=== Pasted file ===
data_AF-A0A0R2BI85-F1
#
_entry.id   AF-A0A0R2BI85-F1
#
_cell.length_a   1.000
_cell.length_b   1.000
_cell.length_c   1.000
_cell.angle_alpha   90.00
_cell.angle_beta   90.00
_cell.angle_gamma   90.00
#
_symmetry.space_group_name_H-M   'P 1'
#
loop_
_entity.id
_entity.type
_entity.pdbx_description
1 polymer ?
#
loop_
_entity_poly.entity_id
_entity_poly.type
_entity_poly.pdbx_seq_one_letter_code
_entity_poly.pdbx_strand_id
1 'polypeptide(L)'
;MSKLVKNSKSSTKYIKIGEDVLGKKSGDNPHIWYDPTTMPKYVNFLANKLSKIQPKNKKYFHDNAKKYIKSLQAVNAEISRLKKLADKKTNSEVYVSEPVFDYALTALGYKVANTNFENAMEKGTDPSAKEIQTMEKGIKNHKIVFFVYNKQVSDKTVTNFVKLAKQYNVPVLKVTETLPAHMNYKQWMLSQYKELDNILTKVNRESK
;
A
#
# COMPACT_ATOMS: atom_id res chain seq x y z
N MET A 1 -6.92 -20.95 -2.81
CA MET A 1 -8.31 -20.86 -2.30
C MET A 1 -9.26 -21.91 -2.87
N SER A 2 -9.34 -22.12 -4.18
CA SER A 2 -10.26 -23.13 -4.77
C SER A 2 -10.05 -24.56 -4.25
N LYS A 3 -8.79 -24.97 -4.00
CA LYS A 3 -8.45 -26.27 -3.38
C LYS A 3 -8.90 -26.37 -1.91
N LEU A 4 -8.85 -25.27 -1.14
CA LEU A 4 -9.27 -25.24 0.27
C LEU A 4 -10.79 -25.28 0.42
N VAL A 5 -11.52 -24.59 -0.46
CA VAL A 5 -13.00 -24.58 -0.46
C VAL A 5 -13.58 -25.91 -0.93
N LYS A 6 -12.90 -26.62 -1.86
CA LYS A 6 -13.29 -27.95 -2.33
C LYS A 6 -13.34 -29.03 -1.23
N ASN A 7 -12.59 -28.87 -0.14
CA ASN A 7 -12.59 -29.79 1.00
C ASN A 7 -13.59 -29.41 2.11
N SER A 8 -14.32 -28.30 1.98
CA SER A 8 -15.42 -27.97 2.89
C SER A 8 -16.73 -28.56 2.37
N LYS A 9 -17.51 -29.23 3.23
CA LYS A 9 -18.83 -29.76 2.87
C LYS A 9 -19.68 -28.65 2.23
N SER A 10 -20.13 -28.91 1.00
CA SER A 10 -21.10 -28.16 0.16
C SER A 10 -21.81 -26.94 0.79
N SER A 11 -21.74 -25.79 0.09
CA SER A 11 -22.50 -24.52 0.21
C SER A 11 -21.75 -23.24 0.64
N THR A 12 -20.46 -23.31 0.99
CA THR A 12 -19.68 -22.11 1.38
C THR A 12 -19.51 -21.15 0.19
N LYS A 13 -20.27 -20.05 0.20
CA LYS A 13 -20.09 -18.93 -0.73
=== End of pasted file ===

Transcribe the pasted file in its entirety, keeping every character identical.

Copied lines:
data_AF-A0A0R2BI85-F1
#
_entry.id   AF-A0A0R2BI85-F1
#
_cell.length_a   1.000
_cell.length_b   1.000
_cell.length_c   1.000
_cell.angle_alpha   90.00
_cell.angle_beta   90.00
_cell.angle_gamma   90.00
#
_symmetry.space_group_name_H-M   'P 1'
#
loop_
_entity.id
_entity.type
_entity.pdbx_description
1 polymer ?
#
loop_
_entity_poly.entity_id
_entity_poly.type
_entity_poly.pdbx_seq_one_letter_code
_entity_poly.pdbx_strand_id
1 'polypeptide(L)'
;MSKLVKNSKSSTKYIKIGEDVLGKKSGDNPHIWYDPTTMPKYVNFLANKLSKIQPKNKKYFHDNAKKYIKSLQAVNAEISRLKKLADKKTNSEVYVSEPVFDYALTALGYKVANTNFENAMEKGTDPSAKEIQTMEKGIKNHKIVFFVYNKQVSDKTVTNFVKLAKQYNVPVLKVTETLPAHMNYKQWMLSQYKELDNILTKVNRESK
;
A
#
# COMPACT_ATOMS: atom_id res chain seq x y z
N MET A 1 -6.92 -20.95 -2.81
CA MET A 1 -8.31 -20.86 -2.30
C MET A 1 -9.26 -21.91 -2.87
N SER A 2 -9.34 -22.12 -4.18
CA SER A 2 -10.26 -23.13 -4.77
C SER A 2 -10.05 -24.56 -4.25
N LYS A 3 -8.79 -24.97 -4.00
CA LYS A 3 -8.45 -26.27 -3.38
C LYS A 3 -8.90 -26.37 -1.91
N LEU A 4 -8.85 -25.27 -1.14
CA LEU A 4 -9.27 -25.24 0.27
C LEU A 4 -10.79 -25.28 0.42
N VAL A 5 -11.52 -24.59 -0.46
CA VAL A 5 -13.00 -24.58 -0.46
C VAL A 5 -13.58 -25.91 -0.93
N LYS A 6 -12.90 -26.62 -1.86
CA LYS A 6 -13.29 -27.95 -2.33
C LYS A 6 -13.34 -29.03 -1.23
N ASN A 7 -12.59 -28.87 -0.14
CA ASN A 7 -12.59 -29.79 1.00
C ASN A 7 -13.59 -29.41 2.11
N SER A 8 -14.32 -28.30 1.98
CA SER A 8 -15.42 -27.97 2.89
C SER A 8 -16.73 -28.56 2.37
N LYS A 9 -17.51 -29.23 3.23
CA LYS A 9 -18.83 -29.76 2.87
C LYS A 9 -19.68 -28.65 2.23
N SER A 10 -20.13 -28.91 1.00
CA SER A 10 -21.10 -28.16 0.16
C SER A 10 -21.81 -26.94 0.79
N SER A 11 -21.74 -25.79 0.09
CA SER A 11 -22.50 -24.52 0.21
C SER A 11 -21.75 -23.24 0.64
N THR A 12 -20.46 -23.31 0.99
CA THR A 12 -19.68 -22.11 1.38
C THR A 12 -19.51 -21.15 0.19
N LYS A 13 -20.27 -20.05 0.20
CA LYS A 13 -20.09 -18.93 -0.73